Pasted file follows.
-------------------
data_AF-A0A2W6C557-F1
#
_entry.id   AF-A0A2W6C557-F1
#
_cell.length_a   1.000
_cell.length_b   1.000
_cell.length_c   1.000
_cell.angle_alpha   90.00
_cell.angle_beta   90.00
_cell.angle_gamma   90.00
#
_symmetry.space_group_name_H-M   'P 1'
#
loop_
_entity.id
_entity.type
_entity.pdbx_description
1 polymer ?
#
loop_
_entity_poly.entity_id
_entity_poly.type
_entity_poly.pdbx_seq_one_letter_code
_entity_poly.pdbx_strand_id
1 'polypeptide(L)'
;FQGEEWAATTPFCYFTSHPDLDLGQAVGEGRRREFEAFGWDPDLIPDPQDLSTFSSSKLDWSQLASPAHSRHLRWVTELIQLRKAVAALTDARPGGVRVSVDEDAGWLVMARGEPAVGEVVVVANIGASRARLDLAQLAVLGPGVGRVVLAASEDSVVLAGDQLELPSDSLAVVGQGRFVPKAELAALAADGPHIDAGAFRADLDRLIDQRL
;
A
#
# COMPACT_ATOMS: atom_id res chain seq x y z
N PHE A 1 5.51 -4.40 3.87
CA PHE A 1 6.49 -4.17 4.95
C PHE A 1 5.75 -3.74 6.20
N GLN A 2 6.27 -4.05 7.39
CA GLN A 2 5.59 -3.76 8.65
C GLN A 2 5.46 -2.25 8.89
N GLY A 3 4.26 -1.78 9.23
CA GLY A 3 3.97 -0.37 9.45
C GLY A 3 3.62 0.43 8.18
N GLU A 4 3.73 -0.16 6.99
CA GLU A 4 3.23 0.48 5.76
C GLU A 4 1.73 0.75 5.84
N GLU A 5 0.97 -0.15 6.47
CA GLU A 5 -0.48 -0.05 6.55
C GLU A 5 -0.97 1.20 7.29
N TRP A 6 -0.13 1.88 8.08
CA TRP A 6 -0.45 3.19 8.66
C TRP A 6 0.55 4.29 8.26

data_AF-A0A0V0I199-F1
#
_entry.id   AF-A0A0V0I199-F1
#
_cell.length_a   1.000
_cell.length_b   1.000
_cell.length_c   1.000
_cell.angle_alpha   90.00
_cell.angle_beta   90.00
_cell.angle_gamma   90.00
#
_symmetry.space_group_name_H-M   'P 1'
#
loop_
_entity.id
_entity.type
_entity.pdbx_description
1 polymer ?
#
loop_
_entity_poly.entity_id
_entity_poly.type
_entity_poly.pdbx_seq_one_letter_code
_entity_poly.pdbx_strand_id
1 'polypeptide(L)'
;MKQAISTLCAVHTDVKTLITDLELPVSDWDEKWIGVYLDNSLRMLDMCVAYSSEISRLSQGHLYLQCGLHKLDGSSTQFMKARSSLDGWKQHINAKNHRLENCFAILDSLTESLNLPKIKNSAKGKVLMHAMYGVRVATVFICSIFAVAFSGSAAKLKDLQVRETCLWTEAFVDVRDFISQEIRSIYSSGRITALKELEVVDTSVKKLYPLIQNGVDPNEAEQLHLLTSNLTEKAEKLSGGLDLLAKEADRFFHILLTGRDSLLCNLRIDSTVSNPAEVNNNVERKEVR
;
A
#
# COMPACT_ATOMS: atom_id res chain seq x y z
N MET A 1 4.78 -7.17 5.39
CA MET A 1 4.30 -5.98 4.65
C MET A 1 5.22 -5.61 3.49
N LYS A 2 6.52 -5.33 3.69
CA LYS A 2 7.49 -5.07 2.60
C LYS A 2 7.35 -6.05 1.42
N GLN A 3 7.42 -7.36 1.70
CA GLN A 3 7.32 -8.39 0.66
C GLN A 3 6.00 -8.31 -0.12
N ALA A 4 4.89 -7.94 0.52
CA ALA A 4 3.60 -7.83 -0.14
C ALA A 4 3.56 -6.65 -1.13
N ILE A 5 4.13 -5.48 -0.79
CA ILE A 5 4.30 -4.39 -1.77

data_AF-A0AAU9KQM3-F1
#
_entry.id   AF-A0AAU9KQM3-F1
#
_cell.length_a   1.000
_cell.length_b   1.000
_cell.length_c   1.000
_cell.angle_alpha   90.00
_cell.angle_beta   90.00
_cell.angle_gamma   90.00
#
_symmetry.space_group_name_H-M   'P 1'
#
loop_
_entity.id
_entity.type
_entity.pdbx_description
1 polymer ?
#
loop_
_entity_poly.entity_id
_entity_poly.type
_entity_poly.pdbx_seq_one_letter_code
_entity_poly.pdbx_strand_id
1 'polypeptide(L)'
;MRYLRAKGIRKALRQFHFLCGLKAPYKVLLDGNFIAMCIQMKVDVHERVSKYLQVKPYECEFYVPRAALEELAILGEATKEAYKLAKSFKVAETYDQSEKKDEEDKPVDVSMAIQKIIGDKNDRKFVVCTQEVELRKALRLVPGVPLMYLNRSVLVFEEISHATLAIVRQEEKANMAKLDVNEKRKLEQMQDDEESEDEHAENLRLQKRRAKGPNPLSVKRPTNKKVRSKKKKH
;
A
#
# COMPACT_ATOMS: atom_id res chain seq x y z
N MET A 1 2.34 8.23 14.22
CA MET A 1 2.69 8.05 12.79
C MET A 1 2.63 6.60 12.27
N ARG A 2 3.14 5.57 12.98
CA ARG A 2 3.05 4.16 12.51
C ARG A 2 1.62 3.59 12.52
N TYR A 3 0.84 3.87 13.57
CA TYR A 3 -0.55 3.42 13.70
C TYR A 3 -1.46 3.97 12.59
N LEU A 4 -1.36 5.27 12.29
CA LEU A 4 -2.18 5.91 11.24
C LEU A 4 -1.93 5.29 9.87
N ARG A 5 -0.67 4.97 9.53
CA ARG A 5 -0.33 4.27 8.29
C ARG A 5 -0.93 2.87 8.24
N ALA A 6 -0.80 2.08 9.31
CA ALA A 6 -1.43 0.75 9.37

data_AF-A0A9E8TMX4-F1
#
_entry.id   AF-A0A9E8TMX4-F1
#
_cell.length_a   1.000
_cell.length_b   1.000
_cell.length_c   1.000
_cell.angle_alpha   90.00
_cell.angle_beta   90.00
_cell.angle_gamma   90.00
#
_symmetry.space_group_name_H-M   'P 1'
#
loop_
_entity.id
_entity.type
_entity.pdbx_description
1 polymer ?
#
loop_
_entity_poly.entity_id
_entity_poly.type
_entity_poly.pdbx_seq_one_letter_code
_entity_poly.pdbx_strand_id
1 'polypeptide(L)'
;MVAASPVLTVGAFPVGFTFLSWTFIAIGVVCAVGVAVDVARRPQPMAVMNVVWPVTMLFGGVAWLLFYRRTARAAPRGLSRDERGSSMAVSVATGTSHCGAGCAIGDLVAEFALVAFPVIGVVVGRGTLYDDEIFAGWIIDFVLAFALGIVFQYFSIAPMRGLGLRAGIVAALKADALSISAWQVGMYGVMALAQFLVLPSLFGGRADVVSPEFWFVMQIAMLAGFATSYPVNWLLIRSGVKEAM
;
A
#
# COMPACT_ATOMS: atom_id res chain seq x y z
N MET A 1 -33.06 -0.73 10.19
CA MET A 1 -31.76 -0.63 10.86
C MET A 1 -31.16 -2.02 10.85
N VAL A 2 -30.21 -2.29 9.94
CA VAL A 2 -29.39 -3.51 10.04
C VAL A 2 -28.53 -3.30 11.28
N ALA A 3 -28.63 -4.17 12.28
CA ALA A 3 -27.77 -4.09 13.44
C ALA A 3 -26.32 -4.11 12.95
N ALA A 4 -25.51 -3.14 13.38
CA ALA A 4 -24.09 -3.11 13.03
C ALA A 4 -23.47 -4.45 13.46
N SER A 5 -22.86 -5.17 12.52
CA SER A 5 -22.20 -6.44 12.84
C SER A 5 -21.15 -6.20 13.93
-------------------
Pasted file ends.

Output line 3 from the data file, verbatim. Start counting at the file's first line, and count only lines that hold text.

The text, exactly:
_entry.id   AF-A0A2W6C557-F1